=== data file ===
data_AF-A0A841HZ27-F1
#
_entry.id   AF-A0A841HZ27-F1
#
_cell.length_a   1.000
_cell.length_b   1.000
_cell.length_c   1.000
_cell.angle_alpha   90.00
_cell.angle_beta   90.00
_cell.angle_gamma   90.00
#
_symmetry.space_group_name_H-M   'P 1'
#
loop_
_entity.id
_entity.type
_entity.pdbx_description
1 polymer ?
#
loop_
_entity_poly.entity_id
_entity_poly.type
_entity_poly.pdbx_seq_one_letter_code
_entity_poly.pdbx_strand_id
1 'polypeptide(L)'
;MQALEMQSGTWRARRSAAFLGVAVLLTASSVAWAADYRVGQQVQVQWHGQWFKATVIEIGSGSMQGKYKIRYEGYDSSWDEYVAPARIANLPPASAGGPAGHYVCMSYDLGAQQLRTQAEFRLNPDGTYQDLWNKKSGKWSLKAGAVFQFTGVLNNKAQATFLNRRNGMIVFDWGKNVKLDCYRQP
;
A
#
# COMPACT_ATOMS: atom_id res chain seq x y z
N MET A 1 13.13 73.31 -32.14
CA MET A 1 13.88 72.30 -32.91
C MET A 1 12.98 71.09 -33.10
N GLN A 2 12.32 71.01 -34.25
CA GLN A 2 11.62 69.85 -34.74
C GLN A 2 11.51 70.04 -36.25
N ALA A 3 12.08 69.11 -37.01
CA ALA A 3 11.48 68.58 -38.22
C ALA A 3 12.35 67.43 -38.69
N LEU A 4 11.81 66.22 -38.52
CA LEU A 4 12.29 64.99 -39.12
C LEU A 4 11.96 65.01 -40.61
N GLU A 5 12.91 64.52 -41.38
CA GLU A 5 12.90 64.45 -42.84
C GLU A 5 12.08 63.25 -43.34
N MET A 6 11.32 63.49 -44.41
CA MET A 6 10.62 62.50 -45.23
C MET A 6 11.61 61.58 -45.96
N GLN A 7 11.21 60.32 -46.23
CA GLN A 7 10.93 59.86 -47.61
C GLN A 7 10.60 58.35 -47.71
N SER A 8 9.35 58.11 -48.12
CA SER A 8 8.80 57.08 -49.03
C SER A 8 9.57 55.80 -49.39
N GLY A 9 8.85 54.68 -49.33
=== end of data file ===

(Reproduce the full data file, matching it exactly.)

data_AF-A0A841HZ27-F1
#
_entry.id   AF-A0A841HZ27-F1
#
_cell.length_a   1.000
_cell.length_b   1.000
_cell.length_c   1.000
_cell.angle_alpha   90.00
_cell.angle_beta   90.00
_cell.angle_gamma   90.00
#
_symmetry.space_group_name_H-M   'P 1'
#
loop_
_entity.id
_entity.type
_entity.pdbx_description
1 polymer ?
#
loop_
_entity_poly.entity_id
_entity_poly.type
_entity_poly.pdbx_seq_one_letter_code
_entity_poly.pdbx_strand_id
1 'polypeptide(L)'
;MQALEMQSGTWRARRSAAFLGVAVLLTASSVAWAADYRVGQQVQVQWHGQWFKATVIEIGSGSMQGKYKIRYEGYDSSWDEYVAPARIANLPPASAGGPAGHYVCMSYDLGAQQLRTQAEFRLNPDGTYQDLWNKKSGKWSLKAGAVFQFTGVLNNKAQATFLNRRNGMIVFDWGKNVKLDCYRQP
;
A
#
# COMPACT_ATOMS: atom_id res chain seq x y z
N MET A 1 13.13 73.31 -32.14
CA MET A 1 13.88 72.30 -32.91
C MET A 1 12.98 71.09 -33.10
N GLN A 2 12.32 71.01 -34.25
CA GLN A 2 11.62 69.85 -34.74
C GLN A 2 11.51 70.04 -36.25
N ALA A 3 12.08 69.11 -37.01
CA ALA A 3 11.48 68.58 -38.22
C ALA A 3 12.35 67.43 -38.69
N LEU A 4 11.81 66.22 -38.52
CA LEU A 4 12.29 64.99 -39.12
C LEU A 4 11.96 65.01 -40.61
N GLU A 5 12.91 64.52 -41.38
CA GLU A 5 12.90 64.45 -42.84
C GLU A 5 12.08 63.25 -43.34
N MET A 6 11.32 63.49 -44.41
CA MET A 6 10.62 62.50 -45.23
C MET A 6 11.61 61.58 -45.96
N GLN A 7 11.21 60.32 -46.23
CA GLN A 7 10.93 59.86 -47.61
C GLN A 7 10.60 58.35 -47.71
N SER A 8 9.35 58.11 -48.12
CA SER A 8 8.80 57.08 -49.03
C SER A 8 9.57 55.80 -49.39
N GLY A 9 8.85 54.68 -49.33